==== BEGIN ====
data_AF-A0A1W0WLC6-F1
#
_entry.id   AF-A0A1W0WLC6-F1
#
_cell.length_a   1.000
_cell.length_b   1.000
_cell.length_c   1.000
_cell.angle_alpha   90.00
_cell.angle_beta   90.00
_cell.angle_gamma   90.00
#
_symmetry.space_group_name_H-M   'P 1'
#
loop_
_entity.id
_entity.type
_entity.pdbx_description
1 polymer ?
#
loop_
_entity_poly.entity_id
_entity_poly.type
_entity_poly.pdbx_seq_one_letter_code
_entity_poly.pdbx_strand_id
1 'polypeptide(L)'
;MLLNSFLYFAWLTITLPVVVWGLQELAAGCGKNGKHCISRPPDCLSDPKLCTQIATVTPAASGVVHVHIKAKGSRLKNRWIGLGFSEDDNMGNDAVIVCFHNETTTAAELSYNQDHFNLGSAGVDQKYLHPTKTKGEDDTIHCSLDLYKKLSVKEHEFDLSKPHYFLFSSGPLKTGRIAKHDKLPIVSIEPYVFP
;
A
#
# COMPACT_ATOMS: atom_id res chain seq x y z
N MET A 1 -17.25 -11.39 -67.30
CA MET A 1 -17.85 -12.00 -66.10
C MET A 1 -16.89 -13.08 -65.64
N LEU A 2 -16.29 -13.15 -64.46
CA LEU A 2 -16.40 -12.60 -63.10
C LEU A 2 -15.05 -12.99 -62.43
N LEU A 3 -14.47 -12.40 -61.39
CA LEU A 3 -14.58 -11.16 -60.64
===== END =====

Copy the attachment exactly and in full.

data_AF-A0A1W0WLC6-F1
#
_entry.id   AF-A0A1W0WLC6-F1
#
_cell.length_a   1.000
_cell.length_b   1.000
_cell.length_c   1.000
_cell.angle_alpha   90.00
_cell.angle_beta   90.00
_cell.angle_gamma   90.00
#
_symmetry.space_group_name_H-M   'P 1'
#
loop_
_entity.id
_entity.type
_entity.pdbx_description
1 polymer ?
#
loop_
_entity_poly.entity_id
_entity_poly.type
_entity_poly.pdbx_seq_one_letter_code
_entity_poly.pdbx_strand_id
1 'polypeptide(L)'
;MLLNSFLYFAWLTITLPVVVWGLQELAAGCGKNGKHCISRPPDCLSDPKLCTQIATVTPAASGVVHVHIKAKGSRLKNRWIGLGFSEDDNMGNDAVIVCFHNETTTAAELSYNQDHFNLGSAGVDQKYLHPTKTKGEDDTIHCSLDLYKKLSVKEHEFDLSKPHYFLFSSGPLKTGRIAKHDKLPIVSIEPYVFP
;
A
#
# COMPACT_ATOMS: atom_id res chain seq x y z
N MET A 1 -17.25 -11.39 -67.30
CA MET A 1 -17.85 -12.00 -66.10
C MET A 1 -16.89 -13.08 -65.64
N LEU A 2 -16.29 -13.15 -64.46
CA LEU A 2 -16.40 -12.60 -63.10
C LEU A 2 -15.05 -12.99 -62.43
N LEU A 3 -14.47 -12.40 -61.39
CA LEU A 3 -14.58 -11.16 -60.64